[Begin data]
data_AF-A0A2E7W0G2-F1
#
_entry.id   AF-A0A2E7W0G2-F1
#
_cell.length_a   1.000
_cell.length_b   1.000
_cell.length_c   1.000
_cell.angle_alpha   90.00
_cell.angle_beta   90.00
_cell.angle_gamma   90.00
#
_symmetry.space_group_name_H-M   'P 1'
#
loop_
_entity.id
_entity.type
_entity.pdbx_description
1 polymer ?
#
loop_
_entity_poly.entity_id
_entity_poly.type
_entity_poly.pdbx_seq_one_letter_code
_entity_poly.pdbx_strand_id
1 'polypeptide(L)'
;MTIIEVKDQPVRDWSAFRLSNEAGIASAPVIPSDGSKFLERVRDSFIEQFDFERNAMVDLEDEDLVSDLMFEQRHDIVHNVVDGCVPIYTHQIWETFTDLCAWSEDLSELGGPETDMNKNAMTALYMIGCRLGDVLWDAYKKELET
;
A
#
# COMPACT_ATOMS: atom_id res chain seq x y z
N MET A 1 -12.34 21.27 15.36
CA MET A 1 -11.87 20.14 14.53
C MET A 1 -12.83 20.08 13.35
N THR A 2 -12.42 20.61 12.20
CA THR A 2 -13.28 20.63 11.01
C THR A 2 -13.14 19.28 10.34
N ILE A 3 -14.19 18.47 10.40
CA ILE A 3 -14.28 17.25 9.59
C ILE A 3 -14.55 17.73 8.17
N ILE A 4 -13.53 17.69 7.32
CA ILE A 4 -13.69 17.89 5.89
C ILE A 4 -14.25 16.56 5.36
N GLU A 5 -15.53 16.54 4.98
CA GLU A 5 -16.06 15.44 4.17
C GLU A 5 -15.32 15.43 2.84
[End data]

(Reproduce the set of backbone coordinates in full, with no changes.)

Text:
data_AF-A0A2E7W0G2-F1
#
_entry.id   AF-A0A2E7W0G2-F1
#
_cell.length_a   1.000
_cell.length_b   1.000
_cell.length_c   1.000
_cell.angle_alpha   90.00
_cell.angle_beta   90.00
_cell.angle_gamma   90.00
#
_symmetry.space_group_name_H-M   'P 1'
#
loop_
_entity.id
_entity.type
_entity.pdbx_description
1 polymer ?
#
loop_
_entity_poly.entity_id
_entity_poly.type
_entity_poly.pdbx_seq_one_letter_code
_entity_poly.pdbx_strand_id
1 'polypeptide(L)'
;MTIIEVKDQPVRDWSAFRLSNEAGIASAPVIPSDGSKFLERVRDSFIEQFDFERNAMVDLEDEDLVSDLMFEQRHDIVHNVVDGCVPIYTHQIWETFTDLCAWSEDLSELGGPETDMNKNAMTALYMIGCRLGDVLWDAYKKELET
;
A
#
# COMPACT_ATOMS: atom_id res chain seq x y z
N MET A 1 -12.34 21.27 15.36
CA MET A 1 -11.87 20.14 14.53
C MET A 1 -12.83 20.08 13.35
N THR A 2 -12.42 20.61 12.20
CA THR A 2 -13.28 20.63 11.01
C THR A 2 -13.14 19.28 10.34
N ILE A 3 -14.19 18.47 10.40
CA ILE A 3 -14.28 17.25 9.59
C ILE A 3 -14.55 17.73 8.17
N ILE A 4 -13.53 17.69 7.32
CA ILE A 4 -13.69 17.89 5.89
C ILE A 4 -14.25 16.56 5.36
N GLU A 5 -15.53 16.54 4.98
CA GLU A 5 -16.06 15.44 4.17
C GLU A 5 -15.32 15.43 2.84